My Mother’s Scrapbook: Early Automobiles – (1904-1908)

“Autos must be hung up for all time…a $500 tax…we have no right to allow such a nuisance on PEI…only a foolish fad of millionaires and fools.” From a letter to The Guardian in early 1900s

The early days of automobiles in Prince Edward Island are full of humorous stories, although certainly not funny at the time. In the History and Stories of Clyde River, it appears automobiles were showing up in our community around the 1920s. However, cars did start arriving in PEI just after the turn of the century. This time gap indicates that the people of Clyde River like many other areas in PEI were death-against cars. It took a long time before car owners won their full right to the road. The following clipping offers a glimpse of how earlier residents of PEI and perhaps Clyde River may have indeed reacted.

The following excerpts come from a newspaper clipping from The Guardian on March 1, 1963. Across the Island was a column written by Neil A. Matheson, Provincial Farm Editor, which focused on earlier Island history. This day, he featured “The Early Troubles of Automobiles” from the early 1900s. (Hazel Beer’s scrapbook)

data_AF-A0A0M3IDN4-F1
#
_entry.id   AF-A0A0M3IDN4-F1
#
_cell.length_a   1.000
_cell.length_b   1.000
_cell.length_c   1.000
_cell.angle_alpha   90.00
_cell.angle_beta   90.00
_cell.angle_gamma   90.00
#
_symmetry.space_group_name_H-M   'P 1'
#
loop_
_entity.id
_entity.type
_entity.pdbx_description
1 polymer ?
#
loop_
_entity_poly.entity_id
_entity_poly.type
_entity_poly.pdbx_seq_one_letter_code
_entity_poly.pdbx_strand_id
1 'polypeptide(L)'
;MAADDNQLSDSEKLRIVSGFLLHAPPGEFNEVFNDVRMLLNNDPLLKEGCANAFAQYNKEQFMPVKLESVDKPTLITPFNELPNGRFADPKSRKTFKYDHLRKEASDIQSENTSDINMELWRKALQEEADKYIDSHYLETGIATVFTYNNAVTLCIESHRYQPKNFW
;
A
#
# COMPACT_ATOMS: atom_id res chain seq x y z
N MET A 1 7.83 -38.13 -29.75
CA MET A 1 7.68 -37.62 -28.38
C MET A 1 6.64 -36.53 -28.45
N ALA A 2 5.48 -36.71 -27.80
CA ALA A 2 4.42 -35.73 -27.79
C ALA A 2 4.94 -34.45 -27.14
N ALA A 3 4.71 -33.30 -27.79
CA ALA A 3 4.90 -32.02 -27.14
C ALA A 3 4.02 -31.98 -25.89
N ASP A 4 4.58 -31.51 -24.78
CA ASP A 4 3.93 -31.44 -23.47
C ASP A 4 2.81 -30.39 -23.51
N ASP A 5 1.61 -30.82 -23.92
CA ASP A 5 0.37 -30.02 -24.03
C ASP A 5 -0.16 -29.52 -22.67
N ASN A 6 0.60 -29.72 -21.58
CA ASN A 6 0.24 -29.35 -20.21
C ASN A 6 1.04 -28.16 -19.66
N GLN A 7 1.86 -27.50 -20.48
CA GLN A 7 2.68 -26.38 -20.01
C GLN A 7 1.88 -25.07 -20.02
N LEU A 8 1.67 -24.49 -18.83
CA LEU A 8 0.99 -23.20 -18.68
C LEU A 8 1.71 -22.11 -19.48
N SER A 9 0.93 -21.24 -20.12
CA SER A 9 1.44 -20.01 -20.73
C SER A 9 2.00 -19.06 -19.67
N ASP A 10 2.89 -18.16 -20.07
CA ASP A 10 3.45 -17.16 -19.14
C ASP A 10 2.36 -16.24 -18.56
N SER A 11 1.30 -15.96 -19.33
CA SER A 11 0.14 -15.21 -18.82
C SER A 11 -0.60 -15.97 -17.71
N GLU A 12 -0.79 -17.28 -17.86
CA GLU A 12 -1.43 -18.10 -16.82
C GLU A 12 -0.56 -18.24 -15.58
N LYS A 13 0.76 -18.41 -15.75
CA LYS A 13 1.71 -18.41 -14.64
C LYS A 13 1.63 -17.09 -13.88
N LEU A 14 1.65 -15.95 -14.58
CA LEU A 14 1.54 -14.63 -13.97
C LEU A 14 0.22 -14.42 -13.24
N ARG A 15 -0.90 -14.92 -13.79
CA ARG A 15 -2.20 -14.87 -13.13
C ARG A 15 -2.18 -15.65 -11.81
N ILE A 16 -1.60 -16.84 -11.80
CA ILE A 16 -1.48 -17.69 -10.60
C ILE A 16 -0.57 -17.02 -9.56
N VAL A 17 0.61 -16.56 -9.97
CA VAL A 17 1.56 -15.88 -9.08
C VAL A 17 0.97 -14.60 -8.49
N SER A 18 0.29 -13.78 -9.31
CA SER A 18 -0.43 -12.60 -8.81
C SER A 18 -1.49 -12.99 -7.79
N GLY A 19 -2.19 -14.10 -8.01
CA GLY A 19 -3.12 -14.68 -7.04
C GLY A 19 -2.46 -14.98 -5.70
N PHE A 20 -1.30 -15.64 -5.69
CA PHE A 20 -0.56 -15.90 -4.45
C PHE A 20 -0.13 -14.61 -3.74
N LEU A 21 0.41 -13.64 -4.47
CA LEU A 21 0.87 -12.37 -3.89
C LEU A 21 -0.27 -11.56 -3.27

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Note: Let us know if you find any other stories featuring the history of automobiles in your scrapbooks. Also, send along any photos of early automobiles from Clyde River. A few are featured in History and Stories of Clyde River, p. 147.

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  1. Emily Bryant on March 11, 2013 at 9:00 am

    My mother, Hazel Colwill (then Stewart), remembers when the first car drove on the Brackley Point Road. She was in school in Harrington and school was dismissed so that all the pupils could stand by the fence just next to the Brackley Point Road to watch this wonder pass by. Amazing that this is less than 100 yrs ago and we can’t imagine life without a vehicle.

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